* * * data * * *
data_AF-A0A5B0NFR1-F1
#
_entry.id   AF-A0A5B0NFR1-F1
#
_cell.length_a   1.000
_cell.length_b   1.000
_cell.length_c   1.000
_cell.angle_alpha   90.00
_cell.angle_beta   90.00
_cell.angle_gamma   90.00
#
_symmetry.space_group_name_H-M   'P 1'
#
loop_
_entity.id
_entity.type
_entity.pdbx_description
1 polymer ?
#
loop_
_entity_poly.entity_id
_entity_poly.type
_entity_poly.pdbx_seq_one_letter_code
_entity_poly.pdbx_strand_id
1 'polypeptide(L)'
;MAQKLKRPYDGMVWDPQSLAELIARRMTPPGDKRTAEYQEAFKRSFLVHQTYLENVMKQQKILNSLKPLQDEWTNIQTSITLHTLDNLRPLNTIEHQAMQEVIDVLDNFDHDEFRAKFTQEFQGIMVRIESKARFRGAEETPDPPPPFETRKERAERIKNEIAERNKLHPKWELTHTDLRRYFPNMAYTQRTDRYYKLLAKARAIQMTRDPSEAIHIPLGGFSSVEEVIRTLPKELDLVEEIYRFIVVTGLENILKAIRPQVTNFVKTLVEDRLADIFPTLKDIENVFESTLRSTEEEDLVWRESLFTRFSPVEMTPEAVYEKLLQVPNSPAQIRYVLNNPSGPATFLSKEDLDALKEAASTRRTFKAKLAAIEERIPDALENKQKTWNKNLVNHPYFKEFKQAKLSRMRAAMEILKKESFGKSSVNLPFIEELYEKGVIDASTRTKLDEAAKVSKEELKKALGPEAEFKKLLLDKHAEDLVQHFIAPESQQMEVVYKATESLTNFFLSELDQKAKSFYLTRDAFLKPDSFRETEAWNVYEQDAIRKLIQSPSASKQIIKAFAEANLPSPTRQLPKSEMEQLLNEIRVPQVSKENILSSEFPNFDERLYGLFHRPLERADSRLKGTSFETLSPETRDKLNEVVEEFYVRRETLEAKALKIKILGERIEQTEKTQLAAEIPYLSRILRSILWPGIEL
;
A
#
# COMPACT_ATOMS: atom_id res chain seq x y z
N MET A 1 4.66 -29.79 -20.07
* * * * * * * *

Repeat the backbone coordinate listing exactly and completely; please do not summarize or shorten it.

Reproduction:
data_AF-A0A5B0NFR1-F1
#
_entry.id   AF-A0A5B0NFR1-F1
#
_cell.length_a   1.000
_cell.length_b   1.000
_cell.length_c   1.000
_cell.angle_alpha   90.00
_cell.angle_beta   90.00
_cell.angle_gamma   90.00
#
_symmetry.space_group_name_H-M   'P 1'
#
loop_
_entity.id
_entity.type
_entity.pdbx_description
1 polymer ?
#
loop_
_entity_poly.entity_id
_entity_poly.type
_entity_poly.pdbx_seq_one_letter_code
_entity_poly.pdbx_strand_id
1 'polypeptide(L)'
;MAQKLKRPYDGMVWDPQSLAELIARRMTPPGDKRTAEYQEAFKRSFLVHQTYLENVMKQQKILNSLKPLQDEWTNIQTSITLHTLDNLRPLNTIEHQAMQEVIDVLDNFDHDEFRAKFTQEFQGIMVRIESKARFRGAEETPDPPPPFETRKERAERIKNEIAERNKLHPKWELTHTDLRRYFPNMAYTQRTDRYYKLLAKARAIQMTRDPSEAIHIPLGGFSSVEEVIRTLPKELDLVEEIYRFIVVTGLENILKAIRPQVTNFVKTLVEDRLADIFPTLKDIENVFESTLRSTEEEDLVWRESLFTRFSPVEMTPEAVYEKLLQVPNSPAQIRYVLNNPSGPATFLSKEDLDALKEAASTRRTFKAKLAAIEERIPDALENKQKTWNKNLVNHPYFKEFKQAKLSRMRAAMEILKKESFGKSSVNLPFIEELYEKGVIDASTRTKLDEAAKVSKEELKKALGPEAEFKKLLLDKHAEDLVQHFIAPESQQMEVVYKATESLTNFFLSELDQKAKSFYLTRDAFLKPDSFRETEAWNVYEQDAIRKLIQSPSASKQIIKAFAEANLPSPTRQLPKSEMEQLLNEIRVPQVSKENILSSEFPNFDERLYGLFHRPLERADSRLKGTSFETLSPETRDKLNEVVEEFYVRRETLEAKALKIKILGERIEQTEKTQLAAEIPYLSRILRSILWPGIEL
;
A
#
# COMPACT_ATOMS: atom_id res chain seq x y z
N MET A 1 4.66 -29.79 -20.07